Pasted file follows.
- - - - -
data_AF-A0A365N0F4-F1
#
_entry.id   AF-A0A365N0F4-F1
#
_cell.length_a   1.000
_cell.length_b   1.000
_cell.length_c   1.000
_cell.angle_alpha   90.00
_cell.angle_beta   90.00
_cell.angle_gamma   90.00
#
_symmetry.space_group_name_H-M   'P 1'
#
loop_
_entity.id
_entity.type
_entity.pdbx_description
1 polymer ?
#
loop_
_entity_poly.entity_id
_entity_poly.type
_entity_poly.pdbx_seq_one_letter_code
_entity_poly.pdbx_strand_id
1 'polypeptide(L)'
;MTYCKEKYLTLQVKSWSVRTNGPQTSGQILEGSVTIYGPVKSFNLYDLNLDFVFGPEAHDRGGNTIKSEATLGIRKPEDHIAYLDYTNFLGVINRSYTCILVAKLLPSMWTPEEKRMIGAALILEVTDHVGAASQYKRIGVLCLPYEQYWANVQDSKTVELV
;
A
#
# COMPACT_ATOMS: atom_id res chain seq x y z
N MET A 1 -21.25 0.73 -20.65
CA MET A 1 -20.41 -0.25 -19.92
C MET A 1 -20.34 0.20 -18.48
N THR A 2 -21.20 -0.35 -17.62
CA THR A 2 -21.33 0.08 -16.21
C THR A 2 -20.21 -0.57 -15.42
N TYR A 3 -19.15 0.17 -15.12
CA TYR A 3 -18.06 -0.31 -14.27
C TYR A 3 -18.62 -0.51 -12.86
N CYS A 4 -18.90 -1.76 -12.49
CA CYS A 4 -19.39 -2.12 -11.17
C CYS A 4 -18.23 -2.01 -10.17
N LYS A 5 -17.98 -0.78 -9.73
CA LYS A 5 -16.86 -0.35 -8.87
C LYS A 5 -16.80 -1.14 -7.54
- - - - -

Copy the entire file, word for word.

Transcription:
data_AF-A0A365N0F4-F1
#
_entry.id   AF-A0A365N0F4-F1
#
_cell.length_a   1.000
_cell.length_b   1.000
_cell.length_c   1.000
_cell.angle_alpha   90.00
_cell.angle_beta   90.00
_cell.angle_gamma   90.00
#
_symmetry.space_group_name_H-M   'P 1'
#
loop_
_entity.id
_entity.type
_entity.pdbx_description
1 polymer ?
#
loop_
_entity_poly.entity_id
_entity_poly.type
_entity_poly.pdbx_seq_one_letter_code
_entity_poly.pdbx_strand_id
1 'polypeptide(L)'
;MTYCKEKYLTLQVKSWSVRTNGPQTSGQILEGSVTIYGPVKSFNLYDLNLDFVFGPEAHDRGGNTIKSEATLGIRKPEDHIAYLDYTNFLGVINRSYTCILVAKLLPSMWTPEEKRMIGAALILEVTDHVGAASQYKRIGVLCLPYEQYWANVQDSKTVELV
;
A
#
# COMPACT_ATOMS: atom_id res chain seq x y z
N MET A 1 -21.25 0.73 -20.65
CA MET A 1 -20.41 -0.25 -19.92
C MET A 1 -20.34 0.20 -18.48
N THR A 2 -21.20 -0.35 -17.62
CA THR A 2 -21.33 0.08 -16.21
C THR A 2 -20.21 -0.57 -15.42
N TYR A 3 -19.15 0.17 -15.12
CA TYR A 3 -18.06 -0.31 -14.27
C TYR A 3 -18.62 -0.51 -12.86
N CYS A 4 -18.90 -1.76 -12.49
CA CYS A 4 -19.39 -2.12 -11.17
C CYS A 4 -18.23 -2.01 -10.17
N LYS A 5 -17.98 -0.78 -9.73
CA LYS A 5 -16.86 -0.35 -8.87
C LYS A 5 -16.80 -1.14 -7.54